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Album Notes: The Beatles - Revolver - Deluxe Edition

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Construction has begun on Cannatown’s dystopian 420-foot-wide and 10-mile-long “Mega-Ass Grow” in the county’s Rezzy Hills Province. Recent drone footage has revealed a bunch of people digging a big trench in the pastures and foothills to begin laying the foundation of the growhouse, also known as “The Chunky,” the first to be developed as part of the $420 billion NEAT project.

According to its official website, The Chunky is a “stonerized revolution that puts ganja first, and then humans, providing an unprecedented place to hang out with couches and be with, like, nature." The overall aim of NEAT is to redefine the concept of a stoner hangout, putting them “right at their source of happiness,” with direct access to other necessities like munchies and safe VR. 

The linear growhouse will have no walkways, no real equipment, except maybe fans, and the stuff to make pizza and stuff, and will run on a bunch percent renewable energy. “We’re going to put all the ganj into huge vaporizers and burn it for energy, and, all get high at the same time,” said project manager Allison Troy. “We’ll be 110% efficient, and, like, 1000% stoned, if that's even possible.”

Built 420 feet above sea level, it’s eventually set to accommodate 420 people who will live in sporadically-arranged communes and have access to everything they need within a 2-4 minute electric unicycle ride. “NEAT is leading a team of the coolest, most stoniest cadets in making this a reality,” Troy said. “People will wonder why civilization ever stopped living in giant greenhouses.”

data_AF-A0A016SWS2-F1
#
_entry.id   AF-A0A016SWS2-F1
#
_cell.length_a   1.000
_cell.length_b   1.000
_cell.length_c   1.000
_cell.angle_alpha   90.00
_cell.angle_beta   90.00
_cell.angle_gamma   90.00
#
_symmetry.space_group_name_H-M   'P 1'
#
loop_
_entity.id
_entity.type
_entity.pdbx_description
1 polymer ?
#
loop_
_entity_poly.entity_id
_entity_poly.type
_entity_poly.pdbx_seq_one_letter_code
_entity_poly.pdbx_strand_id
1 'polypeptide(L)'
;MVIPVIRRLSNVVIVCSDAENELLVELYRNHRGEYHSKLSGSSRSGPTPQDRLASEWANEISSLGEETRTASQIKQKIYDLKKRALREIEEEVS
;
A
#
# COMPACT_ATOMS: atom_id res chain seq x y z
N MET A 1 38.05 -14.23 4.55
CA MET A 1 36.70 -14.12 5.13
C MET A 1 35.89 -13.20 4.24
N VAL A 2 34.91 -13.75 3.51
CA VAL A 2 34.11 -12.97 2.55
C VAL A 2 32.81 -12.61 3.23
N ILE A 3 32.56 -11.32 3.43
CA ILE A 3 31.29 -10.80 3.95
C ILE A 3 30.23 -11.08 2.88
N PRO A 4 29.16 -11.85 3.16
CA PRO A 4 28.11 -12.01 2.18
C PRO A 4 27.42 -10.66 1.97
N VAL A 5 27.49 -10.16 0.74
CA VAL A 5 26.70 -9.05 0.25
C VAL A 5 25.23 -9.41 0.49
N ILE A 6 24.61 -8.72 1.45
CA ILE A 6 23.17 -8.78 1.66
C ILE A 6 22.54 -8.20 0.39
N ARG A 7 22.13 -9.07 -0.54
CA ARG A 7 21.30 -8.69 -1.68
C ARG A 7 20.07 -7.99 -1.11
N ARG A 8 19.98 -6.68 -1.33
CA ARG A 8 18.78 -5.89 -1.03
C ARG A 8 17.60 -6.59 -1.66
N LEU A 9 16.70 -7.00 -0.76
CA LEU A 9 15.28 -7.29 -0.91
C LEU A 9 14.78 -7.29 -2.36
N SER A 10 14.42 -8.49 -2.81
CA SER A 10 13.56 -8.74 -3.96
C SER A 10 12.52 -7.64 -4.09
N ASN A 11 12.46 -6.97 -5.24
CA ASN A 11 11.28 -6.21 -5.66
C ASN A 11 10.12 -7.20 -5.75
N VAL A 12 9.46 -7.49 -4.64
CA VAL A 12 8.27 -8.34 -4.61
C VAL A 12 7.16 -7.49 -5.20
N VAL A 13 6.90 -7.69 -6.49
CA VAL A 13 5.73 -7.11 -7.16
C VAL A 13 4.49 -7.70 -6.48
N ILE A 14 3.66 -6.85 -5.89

NEWS IN BRIEF: Eco Protestors Biff It Again for Themselves

Environmental activists this week biffed it again when they glued their gaping, open mouths to a glass wall-divider at a Cracker Barrel in Dankendorf. Police say five protestors, dressed in oil-stained lab coats, affixed their faces to the glass in protest of the restaurant chain for "polluting the earth with gut-wrenching pseudo-food." Despite  subsequent screams of excruciating pain, most of those patronizing the establishment paid little to no attention. According to the Cracker Barrel employees, the smell of the cuisine throughout the room caused rampant, recurring gag reflexes that nearly sent one vandal to the hospital as he asphyxiated on vomit. Another cried as she shat her pants in front of the crowd. “I don’t know what message they’re trying to convey,” said one diner, “but it’s most certainly overshadowed by all the groveling for help.”

 

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1997 saw Phish introduce a host of new songs into their ever-expanding repertoire, "Ghost" being one of them. The tune would undergo some changes before appearing on their next studio album in 1998, but these '97 versions are a perfect summary of all that was great in the world of Phish that year, particularly on their fall romp around the country, one that is on the shortlist of ""best tours"" from the Vermonters. What an exciting time to be a phan. It seemed like any song could get stretched out past the 20-minute point, first sets could include as few as five songs, all getting the jam treatment, and the band was fully refreshed by a slew of new material and the reinvention of their sound. 

The November 17 concert in Denver holds a special place not only in phans' hearts, but Phish's as well. Trey Anastasio has explained that after this show, they often listened to it on their tour bus, in a way influencing themselves. It came as a bit of shock that they would do this in the first place. Previously, they intentionally avoided listening to themselves in order to stay fresh. But even this jam was too good for them to ignore. 

It's standard '97 "Ghost" until they blast off at about the 6:30 mark. From then (especially beginning around 8:28) through 13:30, the jamming is some of the most unique and inspired of their career, patiently building, going from space to beauty and eventually rocking funk until it concludes over 21 minutes after it began, most of it unrecognizable from the actual song itself.

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